When it comes to estate planning, there’s no universal solution that can meet everyone’s needs. Each situation is different and requires careful analysis. The most suitable solutions often involve identifying the appropriate tools that make sense for the specific goals of a person, couple, or family. Our advisors, attorneys, and tax professionals are happy to discuss the options so you can determine what may be the right fit for your needs.
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Mercer Advisors Inc. is the parent company of Mercer Global Advisors Inc. and is not involved with investment services. Mercer Global Advisors Inc. (“Mercer Advisors”) is registered as an investment advisor with the SEC. The firm only transacts business in states where it is properly registered or is excluded or exempted from registration requirements.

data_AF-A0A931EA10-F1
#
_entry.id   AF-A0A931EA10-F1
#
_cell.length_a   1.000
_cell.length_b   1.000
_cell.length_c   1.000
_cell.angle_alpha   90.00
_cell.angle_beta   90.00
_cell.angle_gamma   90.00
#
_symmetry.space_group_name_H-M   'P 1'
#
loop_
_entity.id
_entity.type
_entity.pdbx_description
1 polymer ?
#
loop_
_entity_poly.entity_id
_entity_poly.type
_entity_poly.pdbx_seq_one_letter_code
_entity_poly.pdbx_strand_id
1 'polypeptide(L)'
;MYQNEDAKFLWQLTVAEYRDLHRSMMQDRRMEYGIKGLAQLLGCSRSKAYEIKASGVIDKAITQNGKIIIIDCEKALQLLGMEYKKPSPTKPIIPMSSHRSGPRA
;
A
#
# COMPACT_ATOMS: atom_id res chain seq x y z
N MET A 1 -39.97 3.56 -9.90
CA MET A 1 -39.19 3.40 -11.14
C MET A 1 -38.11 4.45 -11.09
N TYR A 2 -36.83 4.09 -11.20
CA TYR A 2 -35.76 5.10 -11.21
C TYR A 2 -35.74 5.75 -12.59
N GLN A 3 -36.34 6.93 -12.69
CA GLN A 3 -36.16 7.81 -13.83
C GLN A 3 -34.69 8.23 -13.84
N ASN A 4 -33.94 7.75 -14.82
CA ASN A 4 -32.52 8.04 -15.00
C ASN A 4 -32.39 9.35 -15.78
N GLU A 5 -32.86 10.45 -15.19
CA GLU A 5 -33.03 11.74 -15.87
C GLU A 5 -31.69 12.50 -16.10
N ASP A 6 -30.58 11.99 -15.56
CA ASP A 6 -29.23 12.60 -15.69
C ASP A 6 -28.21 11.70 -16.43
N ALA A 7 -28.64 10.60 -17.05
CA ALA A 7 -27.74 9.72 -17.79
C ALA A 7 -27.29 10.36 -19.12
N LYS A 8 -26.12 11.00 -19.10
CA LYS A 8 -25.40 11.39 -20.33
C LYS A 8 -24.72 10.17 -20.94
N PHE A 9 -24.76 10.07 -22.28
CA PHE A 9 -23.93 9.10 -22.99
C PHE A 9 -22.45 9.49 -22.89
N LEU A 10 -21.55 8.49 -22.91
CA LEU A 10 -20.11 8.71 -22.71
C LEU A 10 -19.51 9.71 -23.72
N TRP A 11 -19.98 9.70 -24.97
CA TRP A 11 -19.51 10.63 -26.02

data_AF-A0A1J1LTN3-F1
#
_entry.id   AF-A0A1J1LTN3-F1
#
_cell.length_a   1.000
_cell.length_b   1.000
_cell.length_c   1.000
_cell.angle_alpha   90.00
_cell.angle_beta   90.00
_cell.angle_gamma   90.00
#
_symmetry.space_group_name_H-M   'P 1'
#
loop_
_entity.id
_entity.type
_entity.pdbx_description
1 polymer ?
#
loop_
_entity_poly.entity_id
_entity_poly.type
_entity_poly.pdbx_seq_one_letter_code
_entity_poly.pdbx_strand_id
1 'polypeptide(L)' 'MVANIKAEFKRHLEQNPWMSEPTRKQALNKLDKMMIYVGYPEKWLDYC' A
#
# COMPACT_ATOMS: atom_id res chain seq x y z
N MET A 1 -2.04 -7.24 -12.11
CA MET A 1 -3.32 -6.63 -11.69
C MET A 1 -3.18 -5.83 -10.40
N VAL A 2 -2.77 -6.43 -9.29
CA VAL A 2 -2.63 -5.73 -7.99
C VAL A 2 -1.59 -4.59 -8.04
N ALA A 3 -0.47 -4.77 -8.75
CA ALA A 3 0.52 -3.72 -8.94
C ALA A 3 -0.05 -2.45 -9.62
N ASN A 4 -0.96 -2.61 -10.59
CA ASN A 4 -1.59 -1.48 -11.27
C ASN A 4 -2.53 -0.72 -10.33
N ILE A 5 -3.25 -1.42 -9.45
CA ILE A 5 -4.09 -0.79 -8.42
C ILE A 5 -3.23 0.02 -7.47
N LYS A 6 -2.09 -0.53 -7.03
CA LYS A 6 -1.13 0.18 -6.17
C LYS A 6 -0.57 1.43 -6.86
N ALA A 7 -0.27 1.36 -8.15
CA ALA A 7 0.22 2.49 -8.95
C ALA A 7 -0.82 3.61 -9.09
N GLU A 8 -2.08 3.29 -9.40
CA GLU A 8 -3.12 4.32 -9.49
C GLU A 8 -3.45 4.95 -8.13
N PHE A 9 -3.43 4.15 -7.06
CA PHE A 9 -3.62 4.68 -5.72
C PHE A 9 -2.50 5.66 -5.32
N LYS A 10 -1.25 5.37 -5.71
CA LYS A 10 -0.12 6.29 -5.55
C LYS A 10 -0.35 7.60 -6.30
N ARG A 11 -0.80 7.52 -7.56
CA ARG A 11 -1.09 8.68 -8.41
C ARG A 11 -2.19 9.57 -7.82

All expressions of opinion reflect the judgment of the author as of the date of publication and are subject to change.. For financial planning advice specific to your circumstances, talk to a qualified professional at Mercer Advisors.
Ascend Group is a tradename owned by Mercer Global Advisors Inc. (Mercer Advisors). All services provided by Ascend Group financial planning and investment professionals are provided in their individual capacities as employees and/or investment advisor representatives of Mercer Advisors.
Mercer Advisors is not a law firm and does not provide legal advice to clients. All estate planning document preparation and other legal advice are provided through Advanced Services Law Group, Inc.